Do your best to rank these market landscapes in terms of size of opportunity. This is not necessarily the largest market in absolute terms, and should take into account:
- How likely the decision-makers are to work with you (as a company, not just via your current product offering, as we will discuss below).
- The competitive dynamics—is there a clear dominant player that can capture most of the market, and/or do you believe many other companies are well-placed to serve this market as well?
- Speed of growth—the faster and more abrupt the growth in the market landscape, the easier to capture share.
The next step is to overlay against this map your ability to serve these markets based on your newly explored levels of product and expertise. Taken together, these exercises yield the following graphic:
You can whiteboard a version of this with your team with a virtual whiteboard platform. You now see the map of opportunities available to you, and it’s time to begin converting them into real options. The closer your current product is to larger, growing opportunities or new markets, the better. If it is currently lagging behind the large opportunities, however, then you will need to begin moving through the successive rings until you find one of the appealing markets within your orbit.
Don’t Go It Alone
Collaboration is critical for both the conception and validation of these new ideas. Many entrepreneurs I know have begun organizing unofficial advisory boards to allow rapid and open exchange of ideas and mentoring across markets, disciplines, and geographies. As I discuss here, ecosystem-driven businesses (those that empower their business to identify and test new opportunities while fostering networks of strategic partners) are far better at weathering crises. The companies I am witnessing respond the most proactively to COVID-19 involve as many team members as possible, regardless of formal title, in their in-depth discussions on strategic maneuvering.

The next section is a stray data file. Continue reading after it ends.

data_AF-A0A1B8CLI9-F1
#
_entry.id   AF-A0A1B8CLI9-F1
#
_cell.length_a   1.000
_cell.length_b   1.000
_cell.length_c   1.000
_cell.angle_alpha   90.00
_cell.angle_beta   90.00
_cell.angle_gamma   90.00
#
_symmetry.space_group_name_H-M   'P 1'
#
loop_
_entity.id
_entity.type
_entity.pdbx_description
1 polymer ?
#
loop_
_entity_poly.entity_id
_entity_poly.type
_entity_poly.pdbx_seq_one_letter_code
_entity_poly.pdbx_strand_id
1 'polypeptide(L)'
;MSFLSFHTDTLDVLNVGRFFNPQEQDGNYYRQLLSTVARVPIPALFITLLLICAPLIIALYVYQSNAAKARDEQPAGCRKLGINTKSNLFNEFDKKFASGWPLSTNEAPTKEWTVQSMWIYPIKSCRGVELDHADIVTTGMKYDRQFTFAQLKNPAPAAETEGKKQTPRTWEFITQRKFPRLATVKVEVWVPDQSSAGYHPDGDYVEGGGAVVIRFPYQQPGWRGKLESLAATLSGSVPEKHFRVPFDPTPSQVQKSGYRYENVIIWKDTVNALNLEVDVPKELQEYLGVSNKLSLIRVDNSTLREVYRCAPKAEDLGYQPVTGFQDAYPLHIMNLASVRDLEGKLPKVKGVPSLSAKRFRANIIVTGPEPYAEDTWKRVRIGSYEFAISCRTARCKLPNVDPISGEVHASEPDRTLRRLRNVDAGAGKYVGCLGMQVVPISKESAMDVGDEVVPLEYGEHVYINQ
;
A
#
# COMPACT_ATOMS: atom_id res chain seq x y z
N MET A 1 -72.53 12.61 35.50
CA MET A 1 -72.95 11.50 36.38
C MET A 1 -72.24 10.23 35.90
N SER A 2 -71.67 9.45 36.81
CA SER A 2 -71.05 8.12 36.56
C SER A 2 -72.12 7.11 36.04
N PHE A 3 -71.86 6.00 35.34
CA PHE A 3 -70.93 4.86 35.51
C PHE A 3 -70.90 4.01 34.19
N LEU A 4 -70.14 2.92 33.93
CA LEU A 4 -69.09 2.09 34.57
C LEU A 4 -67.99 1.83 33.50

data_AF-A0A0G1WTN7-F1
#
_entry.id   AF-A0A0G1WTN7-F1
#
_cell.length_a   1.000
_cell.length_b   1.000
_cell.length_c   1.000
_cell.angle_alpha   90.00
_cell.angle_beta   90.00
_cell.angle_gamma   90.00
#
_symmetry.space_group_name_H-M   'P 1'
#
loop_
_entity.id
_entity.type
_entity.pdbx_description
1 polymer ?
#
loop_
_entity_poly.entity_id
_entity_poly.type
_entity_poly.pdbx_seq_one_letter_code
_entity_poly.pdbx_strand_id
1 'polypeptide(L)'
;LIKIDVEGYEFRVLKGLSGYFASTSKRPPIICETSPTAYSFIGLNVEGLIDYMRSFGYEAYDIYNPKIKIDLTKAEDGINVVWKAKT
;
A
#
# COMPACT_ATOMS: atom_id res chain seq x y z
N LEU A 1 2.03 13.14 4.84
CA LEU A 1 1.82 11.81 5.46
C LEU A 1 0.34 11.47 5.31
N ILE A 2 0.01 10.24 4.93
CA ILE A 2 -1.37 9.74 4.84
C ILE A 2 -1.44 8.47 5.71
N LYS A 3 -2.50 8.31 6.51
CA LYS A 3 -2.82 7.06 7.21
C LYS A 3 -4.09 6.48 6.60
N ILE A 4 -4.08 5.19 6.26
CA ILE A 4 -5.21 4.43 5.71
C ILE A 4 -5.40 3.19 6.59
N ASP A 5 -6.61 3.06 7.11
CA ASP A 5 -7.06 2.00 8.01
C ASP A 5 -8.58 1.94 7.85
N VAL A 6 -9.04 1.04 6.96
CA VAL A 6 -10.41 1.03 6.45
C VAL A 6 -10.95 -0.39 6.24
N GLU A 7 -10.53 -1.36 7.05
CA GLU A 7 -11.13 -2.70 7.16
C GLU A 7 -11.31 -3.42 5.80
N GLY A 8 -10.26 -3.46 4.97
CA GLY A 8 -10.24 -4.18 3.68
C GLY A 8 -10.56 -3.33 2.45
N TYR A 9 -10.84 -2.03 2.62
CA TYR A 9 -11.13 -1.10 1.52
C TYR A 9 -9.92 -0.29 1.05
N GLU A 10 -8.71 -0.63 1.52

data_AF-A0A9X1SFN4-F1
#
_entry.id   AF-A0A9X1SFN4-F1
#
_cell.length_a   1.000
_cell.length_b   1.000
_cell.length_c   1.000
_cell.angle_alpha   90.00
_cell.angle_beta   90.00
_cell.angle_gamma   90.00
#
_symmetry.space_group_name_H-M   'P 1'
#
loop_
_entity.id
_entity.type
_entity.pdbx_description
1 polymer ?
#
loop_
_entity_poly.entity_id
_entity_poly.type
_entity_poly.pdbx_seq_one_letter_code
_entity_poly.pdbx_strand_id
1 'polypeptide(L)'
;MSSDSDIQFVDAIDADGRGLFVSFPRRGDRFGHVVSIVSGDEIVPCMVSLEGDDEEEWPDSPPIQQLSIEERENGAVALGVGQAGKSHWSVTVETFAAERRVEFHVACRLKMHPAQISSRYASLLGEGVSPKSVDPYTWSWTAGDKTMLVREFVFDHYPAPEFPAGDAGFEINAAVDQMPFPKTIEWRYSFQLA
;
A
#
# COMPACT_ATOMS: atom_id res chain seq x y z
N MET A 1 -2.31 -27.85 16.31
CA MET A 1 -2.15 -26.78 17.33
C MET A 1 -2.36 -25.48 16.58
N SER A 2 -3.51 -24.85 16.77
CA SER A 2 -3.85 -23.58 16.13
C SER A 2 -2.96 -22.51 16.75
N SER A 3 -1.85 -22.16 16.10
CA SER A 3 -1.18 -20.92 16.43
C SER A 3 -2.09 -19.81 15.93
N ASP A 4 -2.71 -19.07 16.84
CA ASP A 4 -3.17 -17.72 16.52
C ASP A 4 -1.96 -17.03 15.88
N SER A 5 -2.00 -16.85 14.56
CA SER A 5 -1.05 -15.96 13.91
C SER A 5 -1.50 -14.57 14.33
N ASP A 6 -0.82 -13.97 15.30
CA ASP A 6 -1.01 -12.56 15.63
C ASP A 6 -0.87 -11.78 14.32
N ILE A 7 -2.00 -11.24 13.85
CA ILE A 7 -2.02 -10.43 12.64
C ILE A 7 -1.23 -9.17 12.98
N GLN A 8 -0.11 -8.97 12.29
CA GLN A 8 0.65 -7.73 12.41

You likewise have immediate access—through on-demand talent platforms like Toptal—to experts who can offer unique perspectives from other disciplines, cultures, and experiences. A fresh perspective is responsible for a significant portion of the largest breakthroughs in business and technology. These experts are only a Zoom call away.
The effects of COVID-19 are severe but varied, and open the door to new opportunities as they close the door to others. By managing your burn rate, mapping out challenges and opportunities offered by this new reality, and adopting an agile, options-driven strategy, you will find your new footing and help the world to find it as well. We live in a world of nearly infinite possibility due to the technologies and global talent pool available to us. Selecting which options to cultivate can sometimes prove the greatest challenge. We can do anything but we can’t do everything, and there is always the next compelling opportunity that competes for our attention and resources. This moment of crisis can allow for extraordinary clarity of purpose in the options you pursue as the needs of the world are suddenly laid more bare.
React swiftly and decisively where necessary, but do not limit yourself to merely reacting. Those who take a proactive and adaptive approach to help others will be tomorrow’s leading companies. You have tremendous value to give the world at this moment and have a world of expertise and potential strategic partners at your fingertips to help you see it through.